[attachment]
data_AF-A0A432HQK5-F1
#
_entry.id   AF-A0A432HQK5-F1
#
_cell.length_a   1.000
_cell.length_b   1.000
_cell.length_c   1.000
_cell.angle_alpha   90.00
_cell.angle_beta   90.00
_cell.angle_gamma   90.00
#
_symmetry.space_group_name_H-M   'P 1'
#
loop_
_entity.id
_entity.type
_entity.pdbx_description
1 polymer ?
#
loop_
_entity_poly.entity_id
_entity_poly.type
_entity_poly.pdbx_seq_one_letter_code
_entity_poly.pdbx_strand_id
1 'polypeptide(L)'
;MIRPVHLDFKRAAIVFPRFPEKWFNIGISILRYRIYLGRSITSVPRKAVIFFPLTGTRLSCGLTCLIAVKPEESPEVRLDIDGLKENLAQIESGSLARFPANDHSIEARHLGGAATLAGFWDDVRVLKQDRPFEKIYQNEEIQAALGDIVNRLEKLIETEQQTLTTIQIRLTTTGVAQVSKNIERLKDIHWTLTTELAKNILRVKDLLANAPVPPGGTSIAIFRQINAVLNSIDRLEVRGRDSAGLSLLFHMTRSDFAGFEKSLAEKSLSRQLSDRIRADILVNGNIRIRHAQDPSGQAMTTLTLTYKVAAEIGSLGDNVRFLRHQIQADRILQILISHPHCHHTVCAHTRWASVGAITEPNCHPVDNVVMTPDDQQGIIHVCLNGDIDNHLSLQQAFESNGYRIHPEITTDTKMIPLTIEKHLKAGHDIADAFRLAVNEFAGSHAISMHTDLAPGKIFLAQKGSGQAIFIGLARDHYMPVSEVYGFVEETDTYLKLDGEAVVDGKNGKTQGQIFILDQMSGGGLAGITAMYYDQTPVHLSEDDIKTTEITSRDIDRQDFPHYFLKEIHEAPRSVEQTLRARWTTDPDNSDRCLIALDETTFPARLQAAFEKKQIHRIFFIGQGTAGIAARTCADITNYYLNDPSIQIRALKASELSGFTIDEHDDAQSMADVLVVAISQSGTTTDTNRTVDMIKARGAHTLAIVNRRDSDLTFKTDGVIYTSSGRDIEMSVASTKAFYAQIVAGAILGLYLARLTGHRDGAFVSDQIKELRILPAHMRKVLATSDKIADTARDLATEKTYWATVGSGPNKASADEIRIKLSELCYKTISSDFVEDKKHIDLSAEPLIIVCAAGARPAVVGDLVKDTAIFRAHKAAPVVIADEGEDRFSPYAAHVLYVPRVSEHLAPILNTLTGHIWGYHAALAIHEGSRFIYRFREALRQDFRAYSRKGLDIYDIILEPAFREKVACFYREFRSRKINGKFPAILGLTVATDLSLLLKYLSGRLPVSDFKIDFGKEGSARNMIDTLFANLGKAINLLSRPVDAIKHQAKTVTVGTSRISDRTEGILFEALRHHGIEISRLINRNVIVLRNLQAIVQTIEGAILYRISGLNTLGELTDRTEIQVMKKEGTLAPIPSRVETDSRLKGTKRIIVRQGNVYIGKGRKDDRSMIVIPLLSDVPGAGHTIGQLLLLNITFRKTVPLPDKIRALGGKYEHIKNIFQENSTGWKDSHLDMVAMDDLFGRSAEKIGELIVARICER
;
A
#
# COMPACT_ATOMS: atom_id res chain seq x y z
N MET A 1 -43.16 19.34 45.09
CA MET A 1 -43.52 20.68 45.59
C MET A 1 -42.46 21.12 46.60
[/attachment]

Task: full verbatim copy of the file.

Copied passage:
data_AF-A0A432HQK5-F1
#
_entry.id   AF-A0A432HQK5-F1
#
_cell.length_a   1.000
_cell.length_b   1.000
_cell.length_c   1.000
_cell.angle_alpha   90.00
_cell.angle_beta   90.00
_cell.angle_gamma   90.00
#
_symmetry.space_group_name_H-M   'P 1'
#
loop_
_entity.id
_entity.type
_entity.pdbx_description
1 polymer ?
#
loop_
_entity_poly.entity_id
_entity_poly.type
_entity_poly.pdbx_seq_one_letter_code
_entity_poly.pdbx_strand_id
1 'polypeptide(L)'
;MIRPVHLDFKRAAIVFPRFPEKWFNIGISILRYRIYLGRSITSVPRKAVIFFPLTGTRLSCGLTCLIAVKPEESPEVRLDIDGLKENLAQIESGSLARFPANDHSIEARHLGGAATLAGFWDDVRVLKQDRPFEKIYQNEEIQAALGDIVNRLEKLIETEQQTLTTIQIRLTTTGVAQVSKNIERLKDIHWTLTTELAKNILRVKDLLANAPVPPGGTSIAIFRQINAVLNSIDRLEVRGRDSAGLSLLFHMTRSDFAGFEKSLAEKSLSRQLSDRIRADILVNGNIRIRHAQDPSGQAMTTLTLTYKVAAEIGSLGDNVRFLRHQIQADRILQILISHPHCHHTVCAHTRWASVGAITEPNCHPVDNVVMTPDDQQGIIHVCLNGDIDNHLSLQQAFESNGYRIHPEITTDTKMIPLTIEKHLKAGHDIADAFRLAVNEFAGSHAISMHTDLAPGKIFLAQKGSGQAIFIGLARDHYMPVSEVYGFVEETDTYLKLDGEAVVDGKNGKTQGQIFILDQMSGGGLAGITAMYYDQTPVHLSEDDIKTTEITSRDIDRQDFPHYFLKEIHEAPRSVEQTLRARWTTDPDNSDRCLIALDETTFPARLQAAFEKKQIHRIFFIGQGTAGIAARTCADITNYYLNDPSIQIRALKASELSGFTIDEHDDAQSMADVLVVAISQSGTTTDTNRTVDMIKARGAHTLAIVNRRDSDLTFKTDGVIYTSSGRDIEMSVASTKAFYAQIVAGAILGLYLARLTGHRDGAFVSDQIKELRILPAHMRKVLATSDKIADTARDLATEKTYWATVGSGPNKASADEIRIKLSELCYKTISSDFVEDKKHIDLSAEPLIIVCAAGARPAVVGDLVKDTAIFRAHKAAPVVIADEGEDRFSPYAAHVLYVPRVSEHLAPILNTLTGHIWGYHAALAIHEGSRFIYRFREALRQDFRAYSRKGLDIYDIILEPAFREKVACFYREFRSRKINGKFPAILGLTVATDLSLLLKYLSGRLPVSDFKIDFGKEGSARNMIDTLFANLGKAINLLSRPVDAIKHQAKTVTVGTSRISDRTEGILFEALRHHGIEISRLINRNVIVLRNLQAIVQTIEGAILYRISGLNTLGELTDRTEIQVMKKEGTLAPIPSRVETDSRLKGTKRIIVRQGNVYIGKGRKDDRSMIVIPLLSDVPGAGHTIGQLLLLNITFRKTVPLPDKIRALGGKYEHIKNIFQENSTGWKDSHLDMVAMDDLFGRSAEKIGELIVARICER
;
A
#
# COMPACT_ATOMS: atom_id res chain seq x y z
N MET A 1 -43.16 19.34 45.09
CA MET A 1 -43.52 20.68 45.59
C MET A 1 -42.46 21.12 46.60